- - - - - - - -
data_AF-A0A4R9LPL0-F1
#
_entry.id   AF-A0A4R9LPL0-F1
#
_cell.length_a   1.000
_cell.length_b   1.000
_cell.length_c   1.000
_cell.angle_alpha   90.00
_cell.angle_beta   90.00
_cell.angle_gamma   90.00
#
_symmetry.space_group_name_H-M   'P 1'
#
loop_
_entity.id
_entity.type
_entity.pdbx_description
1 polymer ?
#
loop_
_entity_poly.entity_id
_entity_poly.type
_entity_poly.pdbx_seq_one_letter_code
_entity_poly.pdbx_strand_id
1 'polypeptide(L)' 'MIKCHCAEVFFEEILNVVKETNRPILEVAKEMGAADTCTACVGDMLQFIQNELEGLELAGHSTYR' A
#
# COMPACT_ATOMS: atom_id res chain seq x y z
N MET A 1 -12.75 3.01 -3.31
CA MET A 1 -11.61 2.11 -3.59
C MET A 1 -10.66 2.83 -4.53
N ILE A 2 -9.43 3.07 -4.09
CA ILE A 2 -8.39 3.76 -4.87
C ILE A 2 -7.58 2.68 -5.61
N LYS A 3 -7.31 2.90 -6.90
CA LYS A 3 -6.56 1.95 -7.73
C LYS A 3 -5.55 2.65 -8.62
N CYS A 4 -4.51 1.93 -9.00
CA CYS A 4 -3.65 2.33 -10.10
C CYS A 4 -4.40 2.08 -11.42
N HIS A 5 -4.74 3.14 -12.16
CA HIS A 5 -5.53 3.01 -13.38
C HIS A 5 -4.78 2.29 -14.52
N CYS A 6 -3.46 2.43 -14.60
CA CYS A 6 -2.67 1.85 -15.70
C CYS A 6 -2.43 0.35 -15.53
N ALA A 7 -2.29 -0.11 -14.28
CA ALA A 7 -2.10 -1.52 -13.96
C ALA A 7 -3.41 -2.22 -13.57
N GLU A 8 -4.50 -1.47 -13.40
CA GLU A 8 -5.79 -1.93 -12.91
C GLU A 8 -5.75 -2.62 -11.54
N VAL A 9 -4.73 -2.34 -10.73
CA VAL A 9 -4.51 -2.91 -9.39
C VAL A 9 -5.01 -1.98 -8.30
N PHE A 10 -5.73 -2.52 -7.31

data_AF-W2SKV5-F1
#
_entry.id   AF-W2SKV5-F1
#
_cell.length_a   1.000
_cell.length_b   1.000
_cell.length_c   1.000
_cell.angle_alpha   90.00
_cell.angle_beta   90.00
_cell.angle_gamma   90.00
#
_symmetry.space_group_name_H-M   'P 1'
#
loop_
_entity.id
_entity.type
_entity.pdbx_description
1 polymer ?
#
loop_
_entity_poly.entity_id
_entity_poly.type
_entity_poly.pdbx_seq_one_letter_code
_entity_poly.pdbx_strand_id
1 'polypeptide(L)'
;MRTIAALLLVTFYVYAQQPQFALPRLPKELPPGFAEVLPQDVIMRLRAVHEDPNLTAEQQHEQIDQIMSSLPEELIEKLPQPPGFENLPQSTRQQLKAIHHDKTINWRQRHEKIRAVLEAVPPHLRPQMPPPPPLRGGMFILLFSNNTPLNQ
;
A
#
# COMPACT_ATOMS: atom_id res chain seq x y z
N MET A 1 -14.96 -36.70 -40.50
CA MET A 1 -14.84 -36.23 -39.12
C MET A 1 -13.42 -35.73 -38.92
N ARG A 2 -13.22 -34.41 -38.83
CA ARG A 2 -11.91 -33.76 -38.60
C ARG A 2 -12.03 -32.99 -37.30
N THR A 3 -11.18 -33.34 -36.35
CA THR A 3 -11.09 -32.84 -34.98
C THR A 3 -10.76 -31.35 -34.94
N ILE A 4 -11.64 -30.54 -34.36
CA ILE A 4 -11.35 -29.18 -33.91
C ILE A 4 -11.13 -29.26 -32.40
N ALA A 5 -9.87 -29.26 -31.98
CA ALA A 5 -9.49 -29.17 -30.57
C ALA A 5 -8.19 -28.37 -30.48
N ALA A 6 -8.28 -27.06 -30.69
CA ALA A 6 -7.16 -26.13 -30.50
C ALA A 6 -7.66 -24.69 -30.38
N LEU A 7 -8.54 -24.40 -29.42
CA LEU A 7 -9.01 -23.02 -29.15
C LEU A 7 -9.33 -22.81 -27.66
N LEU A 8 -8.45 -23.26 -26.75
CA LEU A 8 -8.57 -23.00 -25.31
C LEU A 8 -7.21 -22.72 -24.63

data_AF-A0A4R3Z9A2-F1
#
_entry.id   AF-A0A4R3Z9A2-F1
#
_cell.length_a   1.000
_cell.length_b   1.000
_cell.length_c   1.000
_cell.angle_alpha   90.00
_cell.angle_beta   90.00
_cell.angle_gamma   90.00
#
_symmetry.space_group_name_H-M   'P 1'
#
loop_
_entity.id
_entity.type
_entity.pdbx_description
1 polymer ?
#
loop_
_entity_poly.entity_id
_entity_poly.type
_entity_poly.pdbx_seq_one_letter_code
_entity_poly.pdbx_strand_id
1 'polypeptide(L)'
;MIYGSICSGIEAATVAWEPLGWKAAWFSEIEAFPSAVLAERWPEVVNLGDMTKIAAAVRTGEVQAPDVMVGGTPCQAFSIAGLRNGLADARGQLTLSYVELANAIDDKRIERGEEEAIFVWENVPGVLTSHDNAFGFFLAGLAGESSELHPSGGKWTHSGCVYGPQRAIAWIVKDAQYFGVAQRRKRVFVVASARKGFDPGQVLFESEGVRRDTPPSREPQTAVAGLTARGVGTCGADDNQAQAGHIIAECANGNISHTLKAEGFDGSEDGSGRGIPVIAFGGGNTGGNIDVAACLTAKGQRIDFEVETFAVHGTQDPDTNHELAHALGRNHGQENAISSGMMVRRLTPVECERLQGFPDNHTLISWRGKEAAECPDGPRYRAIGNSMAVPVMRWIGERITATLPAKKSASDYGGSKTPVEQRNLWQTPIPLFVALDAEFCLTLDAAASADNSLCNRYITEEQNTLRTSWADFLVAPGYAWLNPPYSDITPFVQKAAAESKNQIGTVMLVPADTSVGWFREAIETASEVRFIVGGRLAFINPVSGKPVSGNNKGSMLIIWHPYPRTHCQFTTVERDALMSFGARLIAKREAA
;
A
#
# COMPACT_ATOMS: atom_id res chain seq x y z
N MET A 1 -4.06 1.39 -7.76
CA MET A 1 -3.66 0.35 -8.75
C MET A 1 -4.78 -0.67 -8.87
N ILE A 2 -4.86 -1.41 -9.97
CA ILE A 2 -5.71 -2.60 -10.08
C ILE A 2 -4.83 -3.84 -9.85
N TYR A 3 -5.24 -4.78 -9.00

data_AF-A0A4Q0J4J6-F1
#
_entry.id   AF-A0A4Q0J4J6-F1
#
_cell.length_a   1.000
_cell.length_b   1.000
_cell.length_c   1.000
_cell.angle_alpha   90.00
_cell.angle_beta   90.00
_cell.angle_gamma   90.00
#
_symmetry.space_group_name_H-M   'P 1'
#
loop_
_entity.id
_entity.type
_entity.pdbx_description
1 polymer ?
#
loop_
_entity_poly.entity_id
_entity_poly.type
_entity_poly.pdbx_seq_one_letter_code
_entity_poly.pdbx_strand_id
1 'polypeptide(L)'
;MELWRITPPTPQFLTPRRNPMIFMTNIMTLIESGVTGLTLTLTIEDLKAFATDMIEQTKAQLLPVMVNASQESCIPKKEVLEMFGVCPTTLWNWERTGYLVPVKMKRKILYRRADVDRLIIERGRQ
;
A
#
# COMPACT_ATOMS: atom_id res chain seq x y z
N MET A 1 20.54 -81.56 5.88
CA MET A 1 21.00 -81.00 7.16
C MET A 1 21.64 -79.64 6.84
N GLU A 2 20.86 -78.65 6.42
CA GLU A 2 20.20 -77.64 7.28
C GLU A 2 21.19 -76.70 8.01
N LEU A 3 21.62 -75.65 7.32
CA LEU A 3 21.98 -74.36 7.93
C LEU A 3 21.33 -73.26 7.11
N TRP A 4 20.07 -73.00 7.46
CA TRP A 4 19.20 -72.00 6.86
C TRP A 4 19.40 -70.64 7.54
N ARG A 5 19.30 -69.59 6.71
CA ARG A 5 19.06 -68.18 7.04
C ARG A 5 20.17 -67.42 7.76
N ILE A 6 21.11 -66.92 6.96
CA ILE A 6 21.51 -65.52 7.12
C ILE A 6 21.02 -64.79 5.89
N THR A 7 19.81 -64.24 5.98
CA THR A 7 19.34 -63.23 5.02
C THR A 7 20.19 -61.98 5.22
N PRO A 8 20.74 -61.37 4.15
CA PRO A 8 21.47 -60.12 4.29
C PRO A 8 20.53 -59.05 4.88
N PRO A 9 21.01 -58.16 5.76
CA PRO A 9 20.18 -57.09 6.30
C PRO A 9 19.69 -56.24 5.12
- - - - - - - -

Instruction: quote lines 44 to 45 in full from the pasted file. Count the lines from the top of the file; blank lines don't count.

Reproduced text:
CA CYS A 6 -2.67 1.85 -15.70
C CYS A 6 -2.43 0.35 -15.53